Group: Insight Theatre Company
Venue: Heagney Theater, Nerinx Hall, 530 East Lockwood
Dates: October 6, 7, 8, 9, 10
Tickets: From $10 to $30; contact 314-239-9040 or www.insighttheatrecompany.com
Story: Catherine has spent several years as caretaker for her widowed father Robert. A brilliant mathematics professor at the University of Chicago, Robert set academia ablaze in his early 20s with trend-setting mathematical formulations. As one of his students points out, though, that’s the age when most mathematicians peak, and in Robert’s case he’s clearly gone downhill since. Much of that has to do with his frequent bouts of mental illness.
Now, upon her 25th birthday and her father’s death, Catherine is faced with numerous decisions. Her older sister Claire wants her to move to New York, partly to start life anew but also to get medical attention for Catherine’s own proclivity with depression and struggles with sanity. Conversely, Hal, a former student of Robert’s and recent Ph.D. in math, wants to meticulously study the 103 notebooks that Robert left behind, hoping to find another mathematical ‘eureka moment’ amid the incoherent ramblings while also nurturing a relationship with Catherine. When Catherine leads him to a particularly compelling study, the debate is on as to who is the real author of the revolutionary ‘proof’ about prime numbers. Has Catherine inherited her father’s genius or his madness or both?
Highlights: Playwright David Auburn scored a trifecta in 2001, winning the Pulitzer Prize for Drama, the Tony Award for Best Play and the New York Drama Critics’ Circle Award for Best Play for this tight, incisive, beautifully paced story. All four of its characters are nicely developed, offering ample opportunities for an accomplished performer to do them justice on stage.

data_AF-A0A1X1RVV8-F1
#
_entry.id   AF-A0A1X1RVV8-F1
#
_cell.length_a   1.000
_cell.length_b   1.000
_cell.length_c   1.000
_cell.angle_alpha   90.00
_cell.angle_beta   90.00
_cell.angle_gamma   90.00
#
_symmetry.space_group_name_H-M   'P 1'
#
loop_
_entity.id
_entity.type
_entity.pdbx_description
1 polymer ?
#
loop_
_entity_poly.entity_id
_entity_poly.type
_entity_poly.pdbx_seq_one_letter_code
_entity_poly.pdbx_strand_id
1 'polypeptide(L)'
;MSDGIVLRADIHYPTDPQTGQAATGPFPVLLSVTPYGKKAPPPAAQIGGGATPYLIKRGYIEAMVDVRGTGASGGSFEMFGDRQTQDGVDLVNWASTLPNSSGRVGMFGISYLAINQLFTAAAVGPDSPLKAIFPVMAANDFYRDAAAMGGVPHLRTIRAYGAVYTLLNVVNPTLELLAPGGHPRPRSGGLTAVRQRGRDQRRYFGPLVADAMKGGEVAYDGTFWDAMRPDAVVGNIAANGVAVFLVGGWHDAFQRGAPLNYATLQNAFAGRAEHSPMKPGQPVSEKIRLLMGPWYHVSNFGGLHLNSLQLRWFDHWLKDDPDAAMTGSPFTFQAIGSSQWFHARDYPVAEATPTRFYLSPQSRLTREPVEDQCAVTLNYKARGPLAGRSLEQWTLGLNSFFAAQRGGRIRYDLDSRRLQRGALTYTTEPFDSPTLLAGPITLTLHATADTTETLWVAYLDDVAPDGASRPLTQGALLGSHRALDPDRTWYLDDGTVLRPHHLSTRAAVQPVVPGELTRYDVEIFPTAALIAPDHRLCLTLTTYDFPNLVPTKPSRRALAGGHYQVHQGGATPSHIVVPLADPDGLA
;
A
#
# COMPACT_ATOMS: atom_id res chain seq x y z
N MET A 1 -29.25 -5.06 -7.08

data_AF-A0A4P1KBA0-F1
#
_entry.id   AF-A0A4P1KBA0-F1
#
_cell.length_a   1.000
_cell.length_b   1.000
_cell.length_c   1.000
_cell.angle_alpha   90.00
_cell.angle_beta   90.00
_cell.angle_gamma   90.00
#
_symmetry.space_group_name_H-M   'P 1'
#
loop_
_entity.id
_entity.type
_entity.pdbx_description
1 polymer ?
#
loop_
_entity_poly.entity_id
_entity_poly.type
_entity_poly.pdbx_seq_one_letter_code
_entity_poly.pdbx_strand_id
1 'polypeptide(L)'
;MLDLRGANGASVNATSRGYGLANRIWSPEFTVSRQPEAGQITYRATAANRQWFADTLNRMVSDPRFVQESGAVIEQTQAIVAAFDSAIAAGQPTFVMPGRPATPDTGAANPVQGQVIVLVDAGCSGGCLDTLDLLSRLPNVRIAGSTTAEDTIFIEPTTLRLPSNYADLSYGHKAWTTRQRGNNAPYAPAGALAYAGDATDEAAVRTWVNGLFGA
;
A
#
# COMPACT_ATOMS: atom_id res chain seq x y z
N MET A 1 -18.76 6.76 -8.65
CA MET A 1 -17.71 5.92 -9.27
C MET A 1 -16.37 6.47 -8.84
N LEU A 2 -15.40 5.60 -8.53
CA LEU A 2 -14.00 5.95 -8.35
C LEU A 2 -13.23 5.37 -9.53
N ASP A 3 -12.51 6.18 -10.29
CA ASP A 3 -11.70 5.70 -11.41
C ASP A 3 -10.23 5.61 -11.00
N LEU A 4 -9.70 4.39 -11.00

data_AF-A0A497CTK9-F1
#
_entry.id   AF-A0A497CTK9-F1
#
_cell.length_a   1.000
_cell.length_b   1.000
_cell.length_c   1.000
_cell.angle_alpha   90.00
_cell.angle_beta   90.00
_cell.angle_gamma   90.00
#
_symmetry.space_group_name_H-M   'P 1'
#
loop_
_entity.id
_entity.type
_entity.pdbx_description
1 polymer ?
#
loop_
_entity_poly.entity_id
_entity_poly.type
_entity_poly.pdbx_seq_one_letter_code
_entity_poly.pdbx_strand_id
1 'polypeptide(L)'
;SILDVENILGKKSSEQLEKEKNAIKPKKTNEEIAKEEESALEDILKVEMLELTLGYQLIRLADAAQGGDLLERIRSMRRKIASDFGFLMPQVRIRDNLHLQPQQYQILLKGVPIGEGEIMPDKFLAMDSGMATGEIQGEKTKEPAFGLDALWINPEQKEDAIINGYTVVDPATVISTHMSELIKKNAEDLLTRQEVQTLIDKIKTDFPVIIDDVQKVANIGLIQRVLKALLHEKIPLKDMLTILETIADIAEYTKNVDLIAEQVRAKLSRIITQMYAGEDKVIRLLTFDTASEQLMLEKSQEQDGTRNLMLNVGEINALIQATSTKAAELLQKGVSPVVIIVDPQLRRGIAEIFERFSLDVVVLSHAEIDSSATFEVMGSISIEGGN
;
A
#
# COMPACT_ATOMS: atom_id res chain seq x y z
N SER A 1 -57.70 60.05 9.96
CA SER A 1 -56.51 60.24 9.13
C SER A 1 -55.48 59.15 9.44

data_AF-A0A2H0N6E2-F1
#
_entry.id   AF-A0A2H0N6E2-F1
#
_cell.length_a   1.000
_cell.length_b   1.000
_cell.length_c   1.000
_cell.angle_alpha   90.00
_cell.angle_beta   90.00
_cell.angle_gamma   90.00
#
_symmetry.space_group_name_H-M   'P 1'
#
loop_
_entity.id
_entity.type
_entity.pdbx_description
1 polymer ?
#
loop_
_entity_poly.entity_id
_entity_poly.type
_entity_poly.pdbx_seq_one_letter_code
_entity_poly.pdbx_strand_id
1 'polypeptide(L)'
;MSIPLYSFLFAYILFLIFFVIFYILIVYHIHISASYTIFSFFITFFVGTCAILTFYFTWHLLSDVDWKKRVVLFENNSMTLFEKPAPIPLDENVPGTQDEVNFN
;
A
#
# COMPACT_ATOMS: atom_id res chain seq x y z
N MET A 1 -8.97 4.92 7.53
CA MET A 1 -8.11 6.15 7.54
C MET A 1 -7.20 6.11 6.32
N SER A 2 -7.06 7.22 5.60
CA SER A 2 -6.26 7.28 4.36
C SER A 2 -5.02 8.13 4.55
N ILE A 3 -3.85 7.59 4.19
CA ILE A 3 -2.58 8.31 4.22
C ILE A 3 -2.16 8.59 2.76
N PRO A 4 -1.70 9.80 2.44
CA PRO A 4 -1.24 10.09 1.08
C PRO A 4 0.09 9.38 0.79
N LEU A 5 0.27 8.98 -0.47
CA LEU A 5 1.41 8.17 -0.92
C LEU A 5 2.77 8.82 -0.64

That’s precisely what happens in the Insight Theatre Company production smoothly directed by Wayne Loui. Eliciting polished performances by his quartet of players, Loui keeps the two-act drama focused and taut with nary a lagging moment. The result is a highly satisfying presentation.
Other Info: All four of the performers present well-rounded and nicely nuanced interpretations. As Catherine, Colleen Caul clearly demonstrates the emotional instability of the talented but troubled young woman, alternating between self-pity, anger and lethargy with moments of genuine affection for her father as well as the genial Hal. Erin Kelley offers a complex reading of Claire, moving beyond the easy villainy of the role to demonstrate the elder sister’s frustrations with her family, her resignation to her role in life (a Wall Street currency analyst, at that) in comparison with her father and sister, and her determination to help as she thinks best.
John Contini brings his accomplished manner to the part of Robert and is at his heart-breaking best in a scene on the back porch of the family home in the dead of winter as he feverishly demands that Catherine read back his “illuminating” scribbles. As the affable Hal, Matt Lindhardt demonstrates the crystal clarity of reason and logic, and affection, from the outside world to the troubled confines of Robert’s frustrated family. He holds the key to understanding not only the elusive ‘proof’ of that mysterious treatise but also to the fragility of Catherine’s psyche.
Sarah Hoeynck’s set design conveys the coziness of an older home in a comfortable Chicago neighborhood. Sean Savoie provides the diffuse lighting, Laura Hanson’s costumes are straightforward and Tori Meyer’s sound design tends to a country/light jazz fusion of sorts, perhaps reflecting the conflict of creativity and comfort within Catherine.
“Proof” is a well-honed drama that under Loui’s carefully calibrated direction is given its due in this well-rendered rendition.
Rating: A 4.5 on a scale of 1-to-5.